"From the Publisher:" This well-received collection features three poets who differ widely in culture and style, yet are rooted in common values. Yorifumi Taguchi is a well-known Japanese poet and professor. Jean Janzen is a Fresno, California, poet whose work has appeared in many literary magazines, and David Waltner-Toews is a Canadian with several books to his credit. 5 x 9 120 pages paperback.
This well-received collection features three poets who differ widely in culture and style, yet are rooted in common values. Yorifumi Yaguchi is a well-known Japanese poet and professor. Jean Janzen is a Fresno, California, poet whose work has appeared in many literary magazines, and David Waltner-Toews is a Canadian with several books to his credit. Why publish a collection of this sort? Poetry as an artistic endeavor has been scarce among Mennonite people through the centuries. This may be because of their conscious separation from the larger world, or their struggle as an immigrant people, or a general suspicion of the arts held by many members of the groups. The three poets in this collection are among the finest in the Mennonite peoplehood worldwide, today. The tension between their lives, their particular cultures, and their yearnings has resulted in poetry rich in imagery and full of conviction. What common themes might a woman from California, a man from eastern Canada, and another from Japan express? Perhaps most basic is an honesty, a bare-bones truthfulness, a disdain for pretense that threads through all the poems. There is also in each a sense of design in which the individual is part of a community -- a family, or a tribe, or a people. The cultivation of that embrace is life; the loss of it is crippling, and sometimes even death. One hears, as well, a wish for peace -- with one's spouse, one's past, with all the "beasts" that beset us, both within and without. These poems reach for justice -- for both children and Grandpas who are victims, for the misunderstood who can't defend their behavior, for those alive only in our memories who can no longer explain their actions.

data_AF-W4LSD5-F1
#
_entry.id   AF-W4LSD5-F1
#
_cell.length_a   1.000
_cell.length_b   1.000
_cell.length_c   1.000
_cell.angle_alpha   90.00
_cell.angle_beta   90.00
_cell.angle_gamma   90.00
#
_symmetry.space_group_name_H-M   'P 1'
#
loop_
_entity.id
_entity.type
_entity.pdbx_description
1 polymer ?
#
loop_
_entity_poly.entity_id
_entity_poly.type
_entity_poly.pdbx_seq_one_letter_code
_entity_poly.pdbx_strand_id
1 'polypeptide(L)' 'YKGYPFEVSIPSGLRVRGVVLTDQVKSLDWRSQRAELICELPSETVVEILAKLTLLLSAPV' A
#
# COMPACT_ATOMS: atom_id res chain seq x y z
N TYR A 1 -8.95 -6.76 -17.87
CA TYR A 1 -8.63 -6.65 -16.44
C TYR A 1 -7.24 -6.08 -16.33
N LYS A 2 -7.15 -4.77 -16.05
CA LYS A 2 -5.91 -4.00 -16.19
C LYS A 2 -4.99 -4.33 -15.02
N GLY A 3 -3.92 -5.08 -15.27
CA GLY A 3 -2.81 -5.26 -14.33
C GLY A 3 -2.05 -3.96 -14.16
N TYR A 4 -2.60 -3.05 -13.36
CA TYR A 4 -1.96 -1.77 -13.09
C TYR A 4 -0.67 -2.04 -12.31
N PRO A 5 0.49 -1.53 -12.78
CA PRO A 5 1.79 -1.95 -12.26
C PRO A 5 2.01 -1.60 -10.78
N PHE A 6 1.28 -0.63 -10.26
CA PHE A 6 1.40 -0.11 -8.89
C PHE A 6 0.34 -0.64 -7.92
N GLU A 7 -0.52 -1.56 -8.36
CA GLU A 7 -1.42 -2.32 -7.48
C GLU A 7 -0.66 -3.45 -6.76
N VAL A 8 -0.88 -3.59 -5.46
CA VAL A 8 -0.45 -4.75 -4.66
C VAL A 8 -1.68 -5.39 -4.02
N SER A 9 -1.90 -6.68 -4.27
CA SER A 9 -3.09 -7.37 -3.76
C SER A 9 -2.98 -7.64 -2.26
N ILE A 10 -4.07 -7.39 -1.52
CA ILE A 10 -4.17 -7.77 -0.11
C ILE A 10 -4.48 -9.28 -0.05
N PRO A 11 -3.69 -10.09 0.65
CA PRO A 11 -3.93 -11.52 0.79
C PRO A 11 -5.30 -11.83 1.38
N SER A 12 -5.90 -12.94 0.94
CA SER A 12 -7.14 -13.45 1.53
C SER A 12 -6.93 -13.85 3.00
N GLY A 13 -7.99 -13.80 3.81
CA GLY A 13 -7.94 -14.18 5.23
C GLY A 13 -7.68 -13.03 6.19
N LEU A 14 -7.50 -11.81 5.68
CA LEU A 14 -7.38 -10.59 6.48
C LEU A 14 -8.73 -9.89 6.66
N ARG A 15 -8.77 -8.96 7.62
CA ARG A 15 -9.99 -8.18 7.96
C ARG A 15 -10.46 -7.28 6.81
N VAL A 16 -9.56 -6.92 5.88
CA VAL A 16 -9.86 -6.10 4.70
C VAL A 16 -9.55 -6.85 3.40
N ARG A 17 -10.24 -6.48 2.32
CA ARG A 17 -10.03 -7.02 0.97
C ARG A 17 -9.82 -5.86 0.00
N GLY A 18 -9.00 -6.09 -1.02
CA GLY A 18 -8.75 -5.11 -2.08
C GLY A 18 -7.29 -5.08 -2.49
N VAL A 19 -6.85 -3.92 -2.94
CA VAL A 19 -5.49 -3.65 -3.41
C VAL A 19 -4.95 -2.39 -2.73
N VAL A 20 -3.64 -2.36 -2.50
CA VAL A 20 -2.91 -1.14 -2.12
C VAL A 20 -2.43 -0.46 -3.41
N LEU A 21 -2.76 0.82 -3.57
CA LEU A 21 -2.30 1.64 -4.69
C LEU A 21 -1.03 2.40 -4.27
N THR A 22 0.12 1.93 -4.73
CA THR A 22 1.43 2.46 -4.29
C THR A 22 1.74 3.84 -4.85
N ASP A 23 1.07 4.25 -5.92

Jean Wiebe Janzen was born in Saskatchewan, was raised in the Midwestern United States, and now lives in Fresno, California. She was selected for The Creative Writing Fellowship from the National Endowment for the Arts for her poetry. She completed her undergraduate studies at Fresno Pacific University and received a Master of Arts at California State University of Fresno. Collections of her poetry previously published by Good Books include Snake in the Parsonage (1995), Tasting the Dust (2000), and Piano in the Vineyard (2004). Her verse also has been collected in Words for the Silence (Center for Mennonite Brethren Studies, 1984) and The Upside-Down Tree (Henderson Books, 1992). Janzen’s poetry has been published in Poetry, Gettysburg Review, Prairie Schooner, Image, Christian Century, Poetry International,?The Common Reader, The Great River Review, and Cincinnati Poetry Review. Among the poetry anthologies in which her poems appear are Highway 99:?A Literary Journey Through California’s Great Central Valley (Heyday Books), What Will Suffice:?Contemporary American Poets on the Art of Poetry (Peregrine Smith Books), and Elements of Faithful Writing (Pandora Press).